Pirate movies

The DMCA, or Digital Millennium Copyright Act, was signed into law in 1998. It’s scope is to criminalize the copying and dissemination of  material that does not financially compensate  the creator of that material. This is known as pirating and can include films, albums, video games and computer software.

Pirating is a problem for a couple reasons. Movie studios and video game companies don’t make products using volunteers. They hire scores of talented, skilled people who need to be compensated for the hundreds of thousands of man hours spent working.

Pirating therefore is responsible for the banal and trite quality of films. This is self evident in just about every film released in the last ten years. Dialog is terrible. Plots are recycle. They make films about cartoons that were about childrens toys. Perpetual remakes, reboots, and sequels, ad naseum. Now films have to literally have the broadest possible appeal to a global audience so studios can make a profit in the initial screenings. It’s changing the content of movies.

Look at that last Fantastic Four movie. It’s starts with the wedding in New York, goes on to London,  the Black Forest in Germany, then their in a Siberian prison, they fight the villan in Shanghai, and finish their wedding somewhere in Japan. How much fuel could that stupid flying Dodge hold?

A planned remake of “Red Dawn“, a film about a Soviet invasion of the Sates in the 80’s, would be reset today as an invasion by China.  Chinese audiences wouldn’t pay to see a film casting them as aggressive villains. The studio then changed the antagonist to North Korea.  Either way the premise is unrealistic and unlikely, but North Korea is small and poor. Not a very convincing idea.

GI Joe  had a bunch of Europeans in it, cause other wise Europeans wouldn’t go see it. Studios cram all this in so foreign nationals won’t be put off by American jigoism. American studios need those overseas revenues to make a profit nowadays.  I like my Spiderman webslinging around a giant American flag, got it?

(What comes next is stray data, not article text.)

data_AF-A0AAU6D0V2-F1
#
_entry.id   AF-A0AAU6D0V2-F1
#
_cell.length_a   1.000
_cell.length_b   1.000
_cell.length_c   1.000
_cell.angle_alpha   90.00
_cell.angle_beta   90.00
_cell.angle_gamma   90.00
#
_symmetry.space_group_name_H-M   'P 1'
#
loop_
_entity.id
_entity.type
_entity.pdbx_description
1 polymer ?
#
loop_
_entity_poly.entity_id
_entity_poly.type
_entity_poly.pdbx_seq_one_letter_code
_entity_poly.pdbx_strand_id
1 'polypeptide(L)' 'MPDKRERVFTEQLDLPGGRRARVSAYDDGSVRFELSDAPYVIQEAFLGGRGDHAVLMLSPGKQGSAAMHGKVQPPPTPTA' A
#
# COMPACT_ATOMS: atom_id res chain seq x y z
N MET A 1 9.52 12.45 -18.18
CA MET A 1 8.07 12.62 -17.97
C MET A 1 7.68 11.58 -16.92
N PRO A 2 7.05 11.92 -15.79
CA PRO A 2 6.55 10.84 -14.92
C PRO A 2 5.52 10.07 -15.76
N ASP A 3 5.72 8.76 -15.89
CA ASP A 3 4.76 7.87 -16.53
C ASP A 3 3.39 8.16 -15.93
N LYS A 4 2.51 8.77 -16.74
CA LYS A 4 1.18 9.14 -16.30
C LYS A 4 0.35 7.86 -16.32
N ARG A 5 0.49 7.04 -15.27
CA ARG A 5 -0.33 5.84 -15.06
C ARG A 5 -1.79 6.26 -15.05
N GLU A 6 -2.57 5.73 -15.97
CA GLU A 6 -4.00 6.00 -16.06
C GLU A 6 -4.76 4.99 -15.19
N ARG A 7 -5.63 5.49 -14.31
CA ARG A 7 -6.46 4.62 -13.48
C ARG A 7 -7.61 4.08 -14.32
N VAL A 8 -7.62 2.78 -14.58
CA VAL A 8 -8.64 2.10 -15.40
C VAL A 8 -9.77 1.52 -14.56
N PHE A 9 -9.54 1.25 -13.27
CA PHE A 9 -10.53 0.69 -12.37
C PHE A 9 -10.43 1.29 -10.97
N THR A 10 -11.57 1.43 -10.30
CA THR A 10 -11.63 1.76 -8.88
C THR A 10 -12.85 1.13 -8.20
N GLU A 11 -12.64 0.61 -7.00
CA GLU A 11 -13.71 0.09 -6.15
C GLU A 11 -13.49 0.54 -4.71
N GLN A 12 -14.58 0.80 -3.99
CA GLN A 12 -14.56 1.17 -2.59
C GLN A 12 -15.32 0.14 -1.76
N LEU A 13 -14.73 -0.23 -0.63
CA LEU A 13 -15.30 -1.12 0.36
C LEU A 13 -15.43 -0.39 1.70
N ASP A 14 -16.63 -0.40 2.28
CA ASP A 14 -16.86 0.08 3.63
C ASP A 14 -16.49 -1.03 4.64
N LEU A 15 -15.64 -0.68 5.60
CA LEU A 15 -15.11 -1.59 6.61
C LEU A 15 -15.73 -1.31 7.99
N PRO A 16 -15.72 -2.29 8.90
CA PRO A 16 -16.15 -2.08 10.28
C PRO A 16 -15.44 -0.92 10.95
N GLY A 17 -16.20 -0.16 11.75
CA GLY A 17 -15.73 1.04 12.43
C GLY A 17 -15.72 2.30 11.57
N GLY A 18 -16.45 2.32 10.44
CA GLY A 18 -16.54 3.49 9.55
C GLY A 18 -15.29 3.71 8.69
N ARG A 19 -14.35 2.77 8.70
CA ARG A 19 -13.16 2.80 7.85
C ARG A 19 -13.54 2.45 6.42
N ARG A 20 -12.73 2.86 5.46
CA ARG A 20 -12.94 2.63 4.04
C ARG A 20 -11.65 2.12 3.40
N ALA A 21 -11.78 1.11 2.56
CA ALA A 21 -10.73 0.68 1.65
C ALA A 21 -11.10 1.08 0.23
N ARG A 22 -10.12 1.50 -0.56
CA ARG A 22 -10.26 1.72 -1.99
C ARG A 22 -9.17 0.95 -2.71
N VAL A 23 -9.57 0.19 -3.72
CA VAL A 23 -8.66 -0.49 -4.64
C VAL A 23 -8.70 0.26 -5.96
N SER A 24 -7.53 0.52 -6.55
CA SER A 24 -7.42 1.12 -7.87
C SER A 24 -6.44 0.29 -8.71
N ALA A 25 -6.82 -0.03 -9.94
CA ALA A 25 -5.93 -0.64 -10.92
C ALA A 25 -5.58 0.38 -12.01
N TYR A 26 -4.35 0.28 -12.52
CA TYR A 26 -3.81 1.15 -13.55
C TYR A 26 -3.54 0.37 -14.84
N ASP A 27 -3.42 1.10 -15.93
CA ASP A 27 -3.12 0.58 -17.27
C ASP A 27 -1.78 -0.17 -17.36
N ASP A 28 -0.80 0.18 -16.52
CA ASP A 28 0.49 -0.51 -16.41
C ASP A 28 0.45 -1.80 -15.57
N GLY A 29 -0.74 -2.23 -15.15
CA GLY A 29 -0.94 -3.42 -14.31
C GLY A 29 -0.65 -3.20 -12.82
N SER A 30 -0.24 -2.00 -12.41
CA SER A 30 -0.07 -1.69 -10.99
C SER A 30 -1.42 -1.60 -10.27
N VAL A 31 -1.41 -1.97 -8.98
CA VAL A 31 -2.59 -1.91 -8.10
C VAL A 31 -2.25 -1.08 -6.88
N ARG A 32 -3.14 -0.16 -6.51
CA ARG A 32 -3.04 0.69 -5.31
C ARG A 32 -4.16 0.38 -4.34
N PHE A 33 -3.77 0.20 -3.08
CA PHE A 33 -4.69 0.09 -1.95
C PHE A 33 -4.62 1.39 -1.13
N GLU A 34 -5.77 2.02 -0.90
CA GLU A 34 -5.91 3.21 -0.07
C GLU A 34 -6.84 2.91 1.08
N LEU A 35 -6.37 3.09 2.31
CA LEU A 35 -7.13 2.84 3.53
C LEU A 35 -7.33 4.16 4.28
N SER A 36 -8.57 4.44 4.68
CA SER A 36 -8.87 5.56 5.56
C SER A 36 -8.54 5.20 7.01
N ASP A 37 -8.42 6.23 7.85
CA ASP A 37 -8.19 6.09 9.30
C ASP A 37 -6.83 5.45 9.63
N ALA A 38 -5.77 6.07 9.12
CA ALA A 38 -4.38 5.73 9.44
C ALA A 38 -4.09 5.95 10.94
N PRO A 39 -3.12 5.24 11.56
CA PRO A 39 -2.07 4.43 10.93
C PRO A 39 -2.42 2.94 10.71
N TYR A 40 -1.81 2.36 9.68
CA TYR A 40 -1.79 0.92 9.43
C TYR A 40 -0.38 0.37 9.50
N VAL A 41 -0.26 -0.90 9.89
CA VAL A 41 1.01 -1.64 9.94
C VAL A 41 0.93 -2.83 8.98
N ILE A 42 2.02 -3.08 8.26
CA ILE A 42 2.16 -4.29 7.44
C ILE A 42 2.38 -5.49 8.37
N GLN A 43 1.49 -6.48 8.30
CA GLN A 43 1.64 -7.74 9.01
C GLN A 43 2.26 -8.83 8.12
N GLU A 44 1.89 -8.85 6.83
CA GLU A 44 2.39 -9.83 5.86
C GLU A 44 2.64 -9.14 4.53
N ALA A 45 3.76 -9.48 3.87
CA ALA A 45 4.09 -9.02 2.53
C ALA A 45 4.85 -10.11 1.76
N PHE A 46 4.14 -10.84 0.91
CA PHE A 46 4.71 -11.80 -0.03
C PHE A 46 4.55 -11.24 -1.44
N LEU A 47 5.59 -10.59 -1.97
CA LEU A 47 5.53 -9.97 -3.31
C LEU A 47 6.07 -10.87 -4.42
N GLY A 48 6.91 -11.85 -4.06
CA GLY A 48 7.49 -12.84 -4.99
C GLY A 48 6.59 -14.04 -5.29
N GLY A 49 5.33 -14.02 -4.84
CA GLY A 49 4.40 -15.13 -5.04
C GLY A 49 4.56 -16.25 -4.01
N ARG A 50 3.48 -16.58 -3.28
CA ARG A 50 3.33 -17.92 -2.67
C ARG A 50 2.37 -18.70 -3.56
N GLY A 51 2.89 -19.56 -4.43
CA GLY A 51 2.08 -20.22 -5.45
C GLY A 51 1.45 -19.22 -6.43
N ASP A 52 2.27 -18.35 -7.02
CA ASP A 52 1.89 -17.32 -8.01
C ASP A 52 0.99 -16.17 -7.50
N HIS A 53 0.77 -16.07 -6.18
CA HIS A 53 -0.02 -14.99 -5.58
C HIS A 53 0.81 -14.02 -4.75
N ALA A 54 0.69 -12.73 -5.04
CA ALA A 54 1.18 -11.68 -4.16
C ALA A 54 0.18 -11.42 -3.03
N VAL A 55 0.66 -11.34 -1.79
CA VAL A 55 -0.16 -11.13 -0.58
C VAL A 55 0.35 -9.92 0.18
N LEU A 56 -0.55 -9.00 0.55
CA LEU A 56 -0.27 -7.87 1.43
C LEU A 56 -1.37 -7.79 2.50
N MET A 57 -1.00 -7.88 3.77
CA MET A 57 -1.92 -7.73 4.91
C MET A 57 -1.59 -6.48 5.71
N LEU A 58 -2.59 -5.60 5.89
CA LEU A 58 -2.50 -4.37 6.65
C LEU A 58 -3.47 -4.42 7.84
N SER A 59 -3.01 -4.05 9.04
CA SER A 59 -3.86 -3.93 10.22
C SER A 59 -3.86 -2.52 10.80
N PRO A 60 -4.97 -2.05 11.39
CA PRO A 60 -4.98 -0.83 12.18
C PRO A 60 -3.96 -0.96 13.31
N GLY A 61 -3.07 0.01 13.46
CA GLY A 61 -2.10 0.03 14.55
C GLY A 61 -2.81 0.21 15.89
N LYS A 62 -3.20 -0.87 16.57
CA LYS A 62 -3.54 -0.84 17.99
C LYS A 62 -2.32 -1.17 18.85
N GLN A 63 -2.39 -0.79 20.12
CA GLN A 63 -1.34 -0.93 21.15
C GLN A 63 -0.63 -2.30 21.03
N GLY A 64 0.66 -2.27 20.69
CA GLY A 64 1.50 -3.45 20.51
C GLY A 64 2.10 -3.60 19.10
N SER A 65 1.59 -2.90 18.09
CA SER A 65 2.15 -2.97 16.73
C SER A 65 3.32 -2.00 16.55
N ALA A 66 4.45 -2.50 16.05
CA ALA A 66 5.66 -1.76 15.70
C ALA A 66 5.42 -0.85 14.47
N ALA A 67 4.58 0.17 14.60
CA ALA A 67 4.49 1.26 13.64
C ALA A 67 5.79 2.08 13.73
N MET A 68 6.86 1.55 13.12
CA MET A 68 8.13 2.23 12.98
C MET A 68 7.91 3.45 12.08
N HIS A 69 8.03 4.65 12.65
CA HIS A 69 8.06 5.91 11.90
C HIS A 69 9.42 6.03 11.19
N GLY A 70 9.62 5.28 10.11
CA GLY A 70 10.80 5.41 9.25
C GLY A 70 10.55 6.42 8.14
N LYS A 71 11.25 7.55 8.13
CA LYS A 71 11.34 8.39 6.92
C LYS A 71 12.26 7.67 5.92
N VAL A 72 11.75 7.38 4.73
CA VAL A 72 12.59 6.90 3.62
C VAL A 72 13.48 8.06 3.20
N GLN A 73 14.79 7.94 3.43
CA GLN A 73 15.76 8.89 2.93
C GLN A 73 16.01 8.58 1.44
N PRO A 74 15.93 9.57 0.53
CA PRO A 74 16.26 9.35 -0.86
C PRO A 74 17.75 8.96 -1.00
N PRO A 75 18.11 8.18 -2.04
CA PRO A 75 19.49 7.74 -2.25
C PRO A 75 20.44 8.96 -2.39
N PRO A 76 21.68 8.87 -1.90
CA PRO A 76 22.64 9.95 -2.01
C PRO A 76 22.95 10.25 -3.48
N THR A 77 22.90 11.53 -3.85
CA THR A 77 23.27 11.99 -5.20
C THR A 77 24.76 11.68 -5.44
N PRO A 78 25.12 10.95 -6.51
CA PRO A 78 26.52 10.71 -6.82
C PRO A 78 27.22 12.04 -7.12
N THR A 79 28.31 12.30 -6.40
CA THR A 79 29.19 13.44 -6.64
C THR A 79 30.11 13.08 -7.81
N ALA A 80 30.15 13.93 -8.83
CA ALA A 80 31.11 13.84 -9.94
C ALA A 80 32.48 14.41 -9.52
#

An arguement can be made that not all Hollywood films are terrible. But decent films are currently produced by established, respected directors. New, talented, quirky and nontraditional directors and film creators are going to rot on the vine in this kind of piracy environment.

Japanese animation studios are shutting down their US distribution and marketing divisions because too many Americans are downloading the shows instead of paying. Bandai doesn’t see the point in trying to sell a product there people are getting for free. This will certainly result in a further loss of revenue which, as we have seen, affects product content and quality.

Studios have to fold or expand. There’s no middle ground anymore, no room for error. This is detrimental to films and it is the audience that will suffer most.

Piracy is stealing. The government is responsible for the protection of property rights. DMCA is their attempt at doing this. People have no right to acquire material they neither made nor paid for. That being said, there is a huge volume of content being generate by web users that may rival what comes out of Hollywood.

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